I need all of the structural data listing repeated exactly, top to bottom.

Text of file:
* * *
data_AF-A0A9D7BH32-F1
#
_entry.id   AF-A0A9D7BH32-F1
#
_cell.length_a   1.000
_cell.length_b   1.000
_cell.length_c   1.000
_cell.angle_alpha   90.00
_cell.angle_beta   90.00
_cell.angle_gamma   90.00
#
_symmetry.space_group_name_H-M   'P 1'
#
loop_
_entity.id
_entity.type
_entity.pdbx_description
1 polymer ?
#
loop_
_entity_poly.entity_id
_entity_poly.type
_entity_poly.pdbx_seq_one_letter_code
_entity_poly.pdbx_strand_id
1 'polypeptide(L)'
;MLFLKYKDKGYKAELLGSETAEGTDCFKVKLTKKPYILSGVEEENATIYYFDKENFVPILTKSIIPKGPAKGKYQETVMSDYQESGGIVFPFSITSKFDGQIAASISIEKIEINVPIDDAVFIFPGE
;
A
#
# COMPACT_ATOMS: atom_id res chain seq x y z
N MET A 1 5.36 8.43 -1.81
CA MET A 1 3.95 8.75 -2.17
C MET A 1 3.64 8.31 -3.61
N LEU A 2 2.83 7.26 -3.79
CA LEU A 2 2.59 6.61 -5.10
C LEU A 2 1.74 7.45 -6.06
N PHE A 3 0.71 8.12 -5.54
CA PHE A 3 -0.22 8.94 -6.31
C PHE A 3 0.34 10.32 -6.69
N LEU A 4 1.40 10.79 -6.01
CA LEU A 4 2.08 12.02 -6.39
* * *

data_AF-A0A9D7BH32-F1
#
_entry.id   AF-A0A9D7BH32-F1
#
_cell.length_a   1.000
_cell.length_b   1.000
_cell.length_c   1.000
_cell.angle_alpha   90.00
_cell.angle_beta   90.00
_cell.angle_gamma   90.00
#
_symmetry.space_group_name_H-M   'P 1'
#
loop_
_entity.id
_entity.type
_entity.pdbx_description
1 polymer ?
#
loop_
_entity_poly.entity_id
_entity_poly.type
_entity_poly.pdbx_seq_one_letter_code
_entity_poly.pdbx_strand_id
1 'polypeptide(L)'
;MLFLKYKDKGYKAELLGSETAEGTDCFKVKLTKKPYILSGVEEENATIYYFDKENFVPILTKSIIPKGPAKGKYQETVMSDYQESGGIVFPFSITSKFDGQIAASISIEKIEINVPIDDAVFIFPGE
;
A
#
# COMPACT_ATOMS: atom_id res chain seq x y z
N MET A 1 5.36 8.43 -1.81
CA MET A 1 3.95 8.75 -2.17
C MET A 1 3.64 8.31 -3.61
N LEU A 2 2.83 7.26 -3.79
CA LEU A 2 2.59 6.61 -5.10
C LEU A 2 1.74 7.45 -6.06
N PHE A 3 0.71 8.12 -5.54
CA PHE A 3 -0.22 8.94 -6.31
C PHE A 3 0.34 10.32 -6.69
N LEU A 4 1.40 10.79 -6.01
CA LEU A 4 2.08 12.02 -6.39